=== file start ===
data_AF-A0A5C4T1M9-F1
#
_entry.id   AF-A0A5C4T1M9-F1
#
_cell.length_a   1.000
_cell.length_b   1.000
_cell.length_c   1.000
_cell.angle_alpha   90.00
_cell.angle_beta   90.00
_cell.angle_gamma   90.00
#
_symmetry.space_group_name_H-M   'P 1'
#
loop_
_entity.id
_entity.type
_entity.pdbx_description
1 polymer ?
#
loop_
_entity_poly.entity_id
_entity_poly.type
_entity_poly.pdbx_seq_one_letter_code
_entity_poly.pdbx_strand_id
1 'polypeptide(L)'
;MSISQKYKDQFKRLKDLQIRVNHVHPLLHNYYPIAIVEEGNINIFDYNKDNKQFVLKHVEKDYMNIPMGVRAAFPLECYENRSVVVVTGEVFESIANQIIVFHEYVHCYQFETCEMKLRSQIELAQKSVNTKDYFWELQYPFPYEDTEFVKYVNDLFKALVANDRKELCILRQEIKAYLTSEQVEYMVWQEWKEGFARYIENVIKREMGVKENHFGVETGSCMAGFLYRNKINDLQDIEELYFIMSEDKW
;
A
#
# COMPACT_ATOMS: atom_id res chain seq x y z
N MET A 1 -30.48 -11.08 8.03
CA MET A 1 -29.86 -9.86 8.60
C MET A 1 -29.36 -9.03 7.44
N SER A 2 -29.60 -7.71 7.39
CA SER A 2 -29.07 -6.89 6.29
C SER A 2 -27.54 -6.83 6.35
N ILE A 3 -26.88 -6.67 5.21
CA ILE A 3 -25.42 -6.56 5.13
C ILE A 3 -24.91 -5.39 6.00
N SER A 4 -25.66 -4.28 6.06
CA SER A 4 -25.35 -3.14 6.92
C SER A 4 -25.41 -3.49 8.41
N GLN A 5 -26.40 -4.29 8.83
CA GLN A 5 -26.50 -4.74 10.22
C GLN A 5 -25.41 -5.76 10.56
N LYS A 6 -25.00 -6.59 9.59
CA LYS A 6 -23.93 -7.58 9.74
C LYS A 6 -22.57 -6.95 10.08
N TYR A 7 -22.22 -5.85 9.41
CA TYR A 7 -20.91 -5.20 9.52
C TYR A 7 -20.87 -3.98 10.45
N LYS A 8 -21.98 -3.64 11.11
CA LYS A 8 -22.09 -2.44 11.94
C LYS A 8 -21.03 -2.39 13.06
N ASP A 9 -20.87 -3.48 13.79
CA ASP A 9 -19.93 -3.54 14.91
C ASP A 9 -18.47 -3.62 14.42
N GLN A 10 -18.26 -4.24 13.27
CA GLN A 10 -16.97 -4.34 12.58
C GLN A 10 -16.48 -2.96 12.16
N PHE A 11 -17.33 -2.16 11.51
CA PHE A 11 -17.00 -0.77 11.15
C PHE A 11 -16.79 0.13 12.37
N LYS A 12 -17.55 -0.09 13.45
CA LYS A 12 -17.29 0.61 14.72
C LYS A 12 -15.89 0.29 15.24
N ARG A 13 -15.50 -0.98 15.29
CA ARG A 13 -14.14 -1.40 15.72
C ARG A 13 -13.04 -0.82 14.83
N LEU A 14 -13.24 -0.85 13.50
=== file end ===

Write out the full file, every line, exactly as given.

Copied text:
data_AF-A0A5C4T1M9-F1
#
_entry.id   AF-A0A5C4T1M9-F1
#
_cell.length_a   1.000
_cell.length_b   1.000
_cell.length_c   1.000
_cell.angle_alpha   90.00
_cell.angle_beta   90.00
_cell.angle_gamma   90.00
#
_symmetry.space_group_name_H-M   'P 1'
#
loop_
_entity.id
_entity.type
_entity.pdbx_description
1 polymer ?
#
loop_
_entity_poly.entity_id
_entity_poly.type
_entity_poly.pdbx_seq_one_letter_code
_entity_poly.pdbx_strand_id
1 'polypeptide(L)'
;MSISQKYKDQFKRLKDLQIRVNHVHPLLHNYYPIAIVEEGNINIFDYNKDNKQFVLKHVEKDYMNIPMGVRAAFPLECYENRSVVVVTGEVFESIANQIIVFHEYVHCYQFETCEMKLRSQIELAQKSVNTKDYFWELQYPFPYEDTEFVKYVNDLFKALVANDRKELCILRQEIKAYLTSEQVEYMVWQEWKEGFARYIENVIKREMGVKENHFGVETGSCMAGFLYRNKINDLQDIEELYFIMSEDKW
;
A
#
# COMPACT_ATOMS: atom_id res chain seq x y z
N MET A 1 -30.48 -11.08 8.03
CA MET A 1 -29.86 -9.86 8.60
C MET A 1 -29.36 -9.03 7.44
N SER A 2 -29.60 -7.71 7.39
CA SER A 2 -29.07 -6.89 6.29
C SER A 2 -27.54 -6.83 6.35
N ILE A 3 -26.88 -6.67 5.21
CA ILE A 3 -25.42 -6.56 5.13
C ILE A 3 -24.91 -5.39 6.00
N SER A 4 -25.66 -4.28 6.06
CA SER A 4 -25.35 -3.14 6.92
C SER A 4 -25.41 -3.49 8.41
N GLN A 5 -26.40 -4.29 8.83
CA GLN A 5 -26.50 -4.74 10.22
C GLN A 5 -25.41 -5.76 10.56
N LYS A 6 -25.00 -6.59 9.59
CA LYS A 6 -23.93 -7.58 9.74
C LYS A 6 -22.57 -6.95 10.08
N TYR A 7 -22.22 -5.85 9.41
CA TYR A 7 -20.91 -5.20 9.52
C TYR A 7 -20.87 -3.98 10.45
N LYS A 8 -21.98 -3.64 11.11
CA LYS A 8 -22.09 -2.44 11.94
C LYS A 8 -21.03 -2.39 13.06
N ASP A 9 -20.87 -3.48 13.79
CA ASP A 9 -19.93 -3.54 14.91
C ASP A 9 -18.47 -3.62 14.42
N GLN A 10 -18.26 -4.24 13.27
CA GLN A 10 -16.97 -4.34 12.58
C GLN A 10 -16.48 -2.96 12.16
N PHE A 11 -17.33 -2.16 11.51
CA PHE A 11 -17.00 -0.77 11.15
C PHE A 11 -16.79 0.13 12.37
N LYS A 12 -17.55 -0.09 13.45
CA LYS A 12 -17.29 0.61 14.72
C LYS A 12 -15.89 0.29 15.24
N ARG A 13 -15.50 -0.98 15.29
CA ARG A 13 -14.14 -1.40 15.72
C ARG A 13 -13.04 -0.82 14.83
N LEU A 14 -13.24 -0.85 13.50